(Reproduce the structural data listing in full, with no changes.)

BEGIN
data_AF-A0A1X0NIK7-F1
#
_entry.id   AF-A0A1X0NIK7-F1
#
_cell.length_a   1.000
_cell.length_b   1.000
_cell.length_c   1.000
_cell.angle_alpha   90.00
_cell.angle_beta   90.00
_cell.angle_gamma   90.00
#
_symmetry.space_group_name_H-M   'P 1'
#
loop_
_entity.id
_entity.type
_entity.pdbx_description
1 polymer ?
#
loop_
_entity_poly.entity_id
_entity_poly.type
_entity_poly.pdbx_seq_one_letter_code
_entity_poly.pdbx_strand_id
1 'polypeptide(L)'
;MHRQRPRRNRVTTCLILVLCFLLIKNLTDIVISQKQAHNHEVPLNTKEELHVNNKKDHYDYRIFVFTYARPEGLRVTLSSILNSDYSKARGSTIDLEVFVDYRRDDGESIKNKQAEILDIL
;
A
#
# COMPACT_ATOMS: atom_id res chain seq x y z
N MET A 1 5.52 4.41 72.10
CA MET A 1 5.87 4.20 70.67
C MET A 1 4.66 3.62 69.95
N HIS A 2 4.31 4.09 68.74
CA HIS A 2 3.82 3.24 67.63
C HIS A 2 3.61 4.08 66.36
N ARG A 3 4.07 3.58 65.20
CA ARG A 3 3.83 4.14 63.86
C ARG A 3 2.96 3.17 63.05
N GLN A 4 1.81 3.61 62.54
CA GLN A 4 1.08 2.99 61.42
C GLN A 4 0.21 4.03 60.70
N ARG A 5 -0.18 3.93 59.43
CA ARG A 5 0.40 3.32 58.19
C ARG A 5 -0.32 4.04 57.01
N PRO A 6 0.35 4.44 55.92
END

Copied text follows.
data_AF-A0A1X0NIK7-F1
#
_entry.id   AF-A0A1X0NIK7-F1
#
_cell.length_a   1.000
_cell.length_b   1.000
_cell.length_c   1.000
_cell.angle_alpha   90.00
_cell.angle_beta   90.00
_cell.angle_gamma   90.00
#
_symmetry.space_group_name_H-M   'P 1'
#
loop_
_entity.id
_entity.type
_entity.pdbx_description
1 polymer ?
#
loop_
_entity_poly.entity_id
_entity_poly.type
_entity_poly.pdbx_seq_one_letter_code
_entity_poly.pdbx_strand_id
1 'polypeptide(L)'
;MHRQRPRRNRVTTCLILVLCFLLIKNLTDIVISQKQAHNHEVPLNTKEELHVNNKKDHYDYRIFVFTYARPEGLRVTLSSILNSDYSKARGSTIDLEVFVDYRRDDGESIKNKQAEILDIL
;
A
#
# COMPACT_ATOMS: atom_id res chain seq x y z
N MET A 1 5.52 4.41 72.10
CA MET A 1 5.87 4.20 70.67
C MET A 1 4.66 3.62 69.95
N HIS A 2 4.31 4.09 68.74
CA HIS A 2 3.82 3.24 67.63
C HIS A 2 3.61 4.08 66.36
N ARG A 3 4.07 3.58 65.20
CA ARG A 3 3.83 4.14 63.86
C ARG A 3 2.96 3.17 63.05
N GLN A 4 1.81 3.61 62.54
CA GLN A 4 1.08 2.99 61.42
C GLN A 4 0.21 4.03 60.70
N ARG A 5 -0.18 3.93 59.43
CA ARG A 5 0.40 3.32 58.19
C ARG A 5 -0.32 4.04 57.01
N PRO A 6 0.35 4.44 55.92